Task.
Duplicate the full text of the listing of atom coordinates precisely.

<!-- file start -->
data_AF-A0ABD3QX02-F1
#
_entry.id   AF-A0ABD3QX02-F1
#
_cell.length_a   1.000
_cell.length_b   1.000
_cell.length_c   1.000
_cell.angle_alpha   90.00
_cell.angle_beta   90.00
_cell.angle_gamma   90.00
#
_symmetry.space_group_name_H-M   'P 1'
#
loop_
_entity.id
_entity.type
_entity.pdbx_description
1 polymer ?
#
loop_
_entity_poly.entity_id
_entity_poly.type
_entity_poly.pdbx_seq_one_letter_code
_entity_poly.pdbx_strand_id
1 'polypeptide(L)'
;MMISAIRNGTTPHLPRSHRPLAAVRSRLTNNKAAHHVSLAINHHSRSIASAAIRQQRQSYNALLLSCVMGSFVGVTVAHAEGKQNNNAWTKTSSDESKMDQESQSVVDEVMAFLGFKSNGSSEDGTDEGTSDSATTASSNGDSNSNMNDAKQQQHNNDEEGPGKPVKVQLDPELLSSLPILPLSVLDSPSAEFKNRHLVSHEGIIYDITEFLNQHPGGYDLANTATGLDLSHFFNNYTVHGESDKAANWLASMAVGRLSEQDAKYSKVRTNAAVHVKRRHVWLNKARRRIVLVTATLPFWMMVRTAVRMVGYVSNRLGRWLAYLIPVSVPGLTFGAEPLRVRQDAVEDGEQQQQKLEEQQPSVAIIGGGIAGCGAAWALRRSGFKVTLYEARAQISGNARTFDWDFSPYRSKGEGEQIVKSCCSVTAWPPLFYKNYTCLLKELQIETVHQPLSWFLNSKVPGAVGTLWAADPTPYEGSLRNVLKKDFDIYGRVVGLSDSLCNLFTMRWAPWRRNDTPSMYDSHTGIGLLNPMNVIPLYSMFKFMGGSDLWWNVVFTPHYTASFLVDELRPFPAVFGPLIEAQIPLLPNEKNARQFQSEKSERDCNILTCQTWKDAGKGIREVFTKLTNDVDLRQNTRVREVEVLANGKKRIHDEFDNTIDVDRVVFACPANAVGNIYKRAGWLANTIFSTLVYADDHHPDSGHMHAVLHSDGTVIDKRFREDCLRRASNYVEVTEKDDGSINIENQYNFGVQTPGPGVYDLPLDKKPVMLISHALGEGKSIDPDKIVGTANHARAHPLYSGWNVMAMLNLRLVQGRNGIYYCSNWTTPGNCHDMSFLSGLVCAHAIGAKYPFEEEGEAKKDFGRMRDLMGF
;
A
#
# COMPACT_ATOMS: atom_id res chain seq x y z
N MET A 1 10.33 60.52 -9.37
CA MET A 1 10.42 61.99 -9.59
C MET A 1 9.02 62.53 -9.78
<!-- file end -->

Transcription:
data_AF-A0ABD3QX02-F1
#
_entry.id   AF-A0ABD3QX02-F1
#
_cell.length_a   1.000
_cell.length_b   1.000
_cell.length_c   1.000
_cell.angle_alpha   90.00
_cell.angle_beta   90.00
_cell.angle_gamma   90.00
#
_symmetry.space_group_name_H-M   'P 1'
#
loop_
_entity.id
_entity.type
_entity.pdbx_description
1 polymer ?
#
loop_
_entity_poly.entity_id
_entity_poly.type
_entity_poly.pdbx_seq_one_letter_code
_entity_poly.pdbx_strand_id
1 'polypeptide(L)'
;MMISAIRNGTTPHLPRSHRPLAAVRSRLTNNKAAHHVSLAINHHSRSIASAAIRQQRQSYNALLLSCVMGSFVGVTVAHAEGKQNNNAWTKTSSDESKMDQESQSVVDEVMAFLGFKSNGSSEDGTDEGTSDSATTASSNGDSNSNMNDAKQQQHNNDEEGPGKPVKVQLDPELLSSLPILPLSVLDSPSAEFKNRHLVSHEGIIYDITEFLNQHPGGYDLANTATGLDLSHFFNNYTVHGESDKAANWLASMAVGRLSEQDAKYSKVRTNAAVHVKRRHVWLNKARRRIVLVTATLPFWMMVRTAVRMVGYVSNRLGRWLAYLIPVSVPGLTFGAEPLRVRQDAVEDGEQQQQKLEEQQPSVAIIGGGIAGCGAAWALRRSGFKVTLYEARAQISGNARTFDWDFSPYRSKGEGEQIVKSCCSVTAWPPLFYKNYTCLLKELQIETVHQPLSWFLNSKVPGAVGTLWAADPTPYEGSLRNVLKKDFDIYGRVVGLSDSLCNLFTMRWAPWRRNDTPSMYDSHTGIGLLNPMNVIPLYSMFKFMGGSDLWWNVVFTPHYTASFLVDELRPFPAVFGPLIEAQIPLLPNEKNARQFQSEKSERDCNILTCQTWKDAGKGIREVFTKLTNDVDLRQNTRVREVEVLANGKKRIHDEFDNTIDVDRVVFACPANAVGNIYKRAGWLANTIFSTLVYADDHHPDSGHMHAVLHSDGTVIDKRFREDCLRRASNYVEVTEKDDGSINIENQYNFGVQTPGPGVYDLPLDKKPVMLISHALGEGKSIDPDKIVGTANHARAHPLYSGWNVMAMLNLRLVQGRNGIYYCSNWTTPGNCHDMSFLSGLVCAHAIGAKYPFEEEGEAKKDFGRMRDLMGF
;
A
#
# COMPACT_ATOMS: atom_id res chain seq x y z
N MET A 1 10.33 60.52 -9.37
CA MET A 1 10.42 61.99 -9.59
C MET A 1 9.02 62.53 -9.78